For many meeting planners, the first call they make during the planning process is to a convention and visitors bureau (CVB). “They’re able to arrange initial contact with everything from lodging to catering to transportation to ground needs, entertainment, everything,” says Mike Davidson, senior manager of corporate events for T-Mobile. Not only can they send out RFPs, they also can arrange site visits. Some CVBs even cover the cost of meeting planners’ flights to and from the destination.
This relationship is particularly important for novice planners. Jacinta LeDonne, state programs coordinator for the American Egg Board, remembers the first event she planned on her own. Part of a two-person planning team, she found herself shouldering the full load of an impending event in Alexandria, Va., after her co-worker abruptly left the company.
“I relied heavily on the CVB because I hadn’t been there and didn’t do the site visit,” LeDonne says. “I gave [my sales manager] my budget and what I was looking for and told her what kind of people I was bringing.” Knowing the age range of attendees, the sales manager was able to suggest appropriate activities to LeDonne and discourage ones that would have isolated older attendees. “I think the most important thing I learned from her was that you have to take the whole age range of attendees into [account] when you’re deciding what kind of activities you’re going to do,” LeDonne says. “That’s something I had not thought of.”
Joyce J. Ginsburg, an independent meeting planner/special events consultant, says CVBs give less-experienced planners access to important advice and information that definitely saves time and might save the company money. “Newer meeting planners should turn to the CVB because it eliminates them having to do [a lot of] research,” Ginsburg says, pointing out that CVBs often offer candid advice about vendors. Without their help, she warns, “if [the planner] gets someone on the phone who’s a good salesman, she’s going to be ‘buying the store’ because she doesn’t understand that she could have gotten a better rate.”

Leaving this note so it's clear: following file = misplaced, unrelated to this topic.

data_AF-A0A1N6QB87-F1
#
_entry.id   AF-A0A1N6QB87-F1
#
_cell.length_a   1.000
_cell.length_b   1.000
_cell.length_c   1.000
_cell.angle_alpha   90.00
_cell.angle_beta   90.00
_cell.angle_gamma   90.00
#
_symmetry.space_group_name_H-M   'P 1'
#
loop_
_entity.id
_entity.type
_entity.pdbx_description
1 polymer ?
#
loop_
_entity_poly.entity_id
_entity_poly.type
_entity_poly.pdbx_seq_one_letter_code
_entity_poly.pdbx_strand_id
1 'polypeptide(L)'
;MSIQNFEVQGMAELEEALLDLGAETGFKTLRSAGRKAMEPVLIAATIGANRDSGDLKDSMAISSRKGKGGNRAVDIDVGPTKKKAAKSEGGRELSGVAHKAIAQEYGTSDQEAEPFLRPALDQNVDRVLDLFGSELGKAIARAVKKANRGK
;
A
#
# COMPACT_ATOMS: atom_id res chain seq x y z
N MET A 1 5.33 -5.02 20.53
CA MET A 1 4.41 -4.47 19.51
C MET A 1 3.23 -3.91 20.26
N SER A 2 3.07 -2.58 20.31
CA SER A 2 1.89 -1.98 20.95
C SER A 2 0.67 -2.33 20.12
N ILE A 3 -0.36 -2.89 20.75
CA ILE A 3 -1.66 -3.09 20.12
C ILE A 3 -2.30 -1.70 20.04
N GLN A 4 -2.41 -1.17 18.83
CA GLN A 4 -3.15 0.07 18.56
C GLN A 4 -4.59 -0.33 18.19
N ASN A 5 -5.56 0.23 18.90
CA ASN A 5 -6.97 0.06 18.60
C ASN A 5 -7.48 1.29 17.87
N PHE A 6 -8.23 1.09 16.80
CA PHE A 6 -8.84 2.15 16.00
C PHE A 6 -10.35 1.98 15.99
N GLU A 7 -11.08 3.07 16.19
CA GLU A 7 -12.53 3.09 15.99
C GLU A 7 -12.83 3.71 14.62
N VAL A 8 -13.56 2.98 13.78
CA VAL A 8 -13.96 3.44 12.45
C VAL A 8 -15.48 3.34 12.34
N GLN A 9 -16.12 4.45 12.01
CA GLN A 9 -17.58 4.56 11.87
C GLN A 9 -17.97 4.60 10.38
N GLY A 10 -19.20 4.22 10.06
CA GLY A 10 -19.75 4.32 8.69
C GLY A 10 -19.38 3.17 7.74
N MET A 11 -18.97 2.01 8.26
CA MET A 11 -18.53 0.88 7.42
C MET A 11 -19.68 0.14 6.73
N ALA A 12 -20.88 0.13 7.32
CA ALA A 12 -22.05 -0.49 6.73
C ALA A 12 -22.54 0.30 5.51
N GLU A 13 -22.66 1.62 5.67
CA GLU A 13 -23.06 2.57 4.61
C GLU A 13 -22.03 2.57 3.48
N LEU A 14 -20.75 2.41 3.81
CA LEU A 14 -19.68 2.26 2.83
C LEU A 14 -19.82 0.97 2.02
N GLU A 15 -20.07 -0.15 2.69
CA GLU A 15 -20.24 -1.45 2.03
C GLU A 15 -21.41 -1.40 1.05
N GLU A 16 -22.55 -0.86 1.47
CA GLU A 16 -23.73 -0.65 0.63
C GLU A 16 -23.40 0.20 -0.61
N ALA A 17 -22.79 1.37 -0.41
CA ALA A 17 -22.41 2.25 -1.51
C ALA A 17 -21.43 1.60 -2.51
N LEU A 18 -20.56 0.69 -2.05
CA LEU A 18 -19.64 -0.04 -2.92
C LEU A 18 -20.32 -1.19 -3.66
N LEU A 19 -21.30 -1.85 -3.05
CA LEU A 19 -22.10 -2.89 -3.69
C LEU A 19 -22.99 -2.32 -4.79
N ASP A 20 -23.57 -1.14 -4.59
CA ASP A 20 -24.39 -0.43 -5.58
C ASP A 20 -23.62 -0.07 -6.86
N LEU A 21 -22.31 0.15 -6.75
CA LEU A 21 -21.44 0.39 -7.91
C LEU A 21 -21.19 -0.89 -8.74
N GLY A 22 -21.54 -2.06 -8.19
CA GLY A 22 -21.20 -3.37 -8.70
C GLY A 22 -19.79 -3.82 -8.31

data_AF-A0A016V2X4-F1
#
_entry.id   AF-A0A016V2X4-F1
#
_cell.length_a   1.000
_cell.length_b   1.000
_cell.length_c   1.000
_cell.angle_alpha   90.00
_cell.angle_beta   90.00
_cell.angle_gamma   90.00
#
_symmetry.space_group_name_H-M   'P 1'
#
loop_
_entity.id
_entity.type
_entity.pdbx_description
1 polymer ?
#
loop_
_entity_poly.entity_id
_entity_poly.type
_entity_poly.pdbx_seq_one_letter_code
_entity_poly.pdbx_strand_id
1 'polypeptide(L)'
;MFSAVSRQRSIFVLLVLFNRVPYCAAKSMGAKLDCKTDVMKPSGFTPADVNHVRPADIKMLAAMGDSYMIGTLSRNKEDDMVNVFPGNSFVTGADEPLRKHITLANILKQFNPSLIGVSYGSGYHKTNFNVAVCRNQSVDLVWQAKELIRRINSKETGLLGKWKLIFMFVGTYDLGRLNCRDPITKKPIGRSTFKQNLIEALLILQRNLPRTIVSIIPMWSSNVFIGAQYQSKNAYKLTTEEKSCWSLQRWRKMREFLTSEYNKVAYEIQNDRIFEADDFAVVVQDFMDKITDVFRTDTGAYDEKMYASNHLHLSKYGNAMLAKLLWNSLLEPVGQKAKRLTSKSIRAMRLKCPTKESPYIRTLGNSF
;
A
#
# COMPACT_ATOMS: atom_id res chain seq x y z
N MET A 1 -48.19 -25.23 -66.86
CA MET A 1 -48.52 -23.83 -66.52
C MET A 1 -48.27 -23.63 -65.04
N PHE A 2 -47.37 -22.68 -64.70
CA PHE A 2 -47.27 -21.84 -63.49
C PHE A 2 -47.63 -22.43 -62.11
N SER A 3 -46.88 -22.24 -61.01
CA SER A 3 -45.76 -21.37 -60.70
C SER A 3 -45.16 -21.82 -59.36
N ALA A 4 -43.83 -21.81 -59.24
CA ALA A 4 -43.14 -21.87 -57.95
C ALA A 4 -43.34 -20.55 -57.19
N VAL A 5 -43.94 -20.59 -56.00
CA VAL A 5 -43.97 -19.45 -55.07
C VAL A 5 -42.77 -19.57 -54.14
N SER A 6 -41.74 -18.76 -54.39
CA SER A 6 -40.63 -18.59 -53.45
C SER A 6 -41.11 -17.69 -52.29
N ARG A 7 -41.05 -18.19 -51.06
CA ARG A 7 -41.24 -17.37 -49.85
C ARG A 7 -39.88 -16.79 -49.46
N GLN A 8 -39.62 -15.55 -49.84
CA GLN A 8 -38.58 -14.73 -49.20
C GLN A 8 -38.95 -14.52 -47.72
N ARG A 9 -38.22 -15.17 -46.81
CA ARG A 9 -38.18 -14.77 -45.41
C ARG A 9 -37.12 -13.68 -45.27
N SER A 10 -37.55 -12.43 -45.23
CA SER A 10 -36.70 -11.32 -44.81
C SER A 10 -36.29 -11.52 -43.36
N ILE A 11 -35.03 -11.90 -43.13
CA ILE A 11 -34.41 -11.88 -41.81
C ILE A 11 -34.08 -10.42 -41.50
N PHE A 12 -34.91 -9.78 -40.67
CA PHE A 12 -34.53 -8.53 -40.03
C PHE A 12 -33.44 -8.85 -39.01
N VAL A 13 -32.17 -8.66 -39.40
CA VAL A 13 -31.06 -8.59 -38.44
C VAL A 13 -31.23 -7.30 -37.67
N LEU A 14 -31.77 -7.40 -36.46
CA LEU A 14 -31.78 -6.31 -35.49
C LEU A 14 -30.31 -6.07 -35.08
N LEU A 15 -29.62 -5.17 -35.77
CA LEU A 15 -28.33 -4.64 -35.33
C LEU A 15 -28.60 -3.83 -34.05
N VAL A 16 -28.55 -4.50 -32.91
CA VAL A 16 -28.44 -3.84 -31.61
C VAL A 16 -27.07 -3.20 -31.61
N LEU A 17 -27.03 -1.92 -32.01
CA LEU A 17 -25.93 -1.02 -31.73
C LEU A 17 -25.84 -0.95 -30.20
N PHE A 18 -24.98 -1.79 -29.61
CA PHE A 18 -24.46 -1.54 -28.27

Professional meeting planners also see the value of partnering with CVBs. “If I don’t know the lay of the land or the idiosyncrasies of the market, that makes my job more difficult,” Davidson explains. “A strong bureau can galvanize all of those resources and give me a jump start on everything I want to accomplish.”
Dominic Phillips, president of Dominic Phillips Event Marketing in San Francisco, says he’s found CVBs to be an important source of local knowledge, especially when it comes to knowing the history of a venue and the events that have been held there.
“[That’s] very important, because you can find the perfect location for your group, but if the last people who went in there were competitors or represent an anti-brand of yours, it can do considerable damage,” Phillips explains. “For example, if you were with Ford and are trying to push the American-ness of your car and you [hold] a conference in the same space Toyota [used last month], people will say, ‘Oh they’re just chasing Toyota; they’re copying Toyota,’ instead of making their own associations with your brand. Or, if the press was reporting on a venue being non-green and you, as a sustainable group, meet there right after, people will wonder why you are supporting a center that’s not sustainable. It makes it look like you don’t know what you’re doing and don’t have the proper leadership.”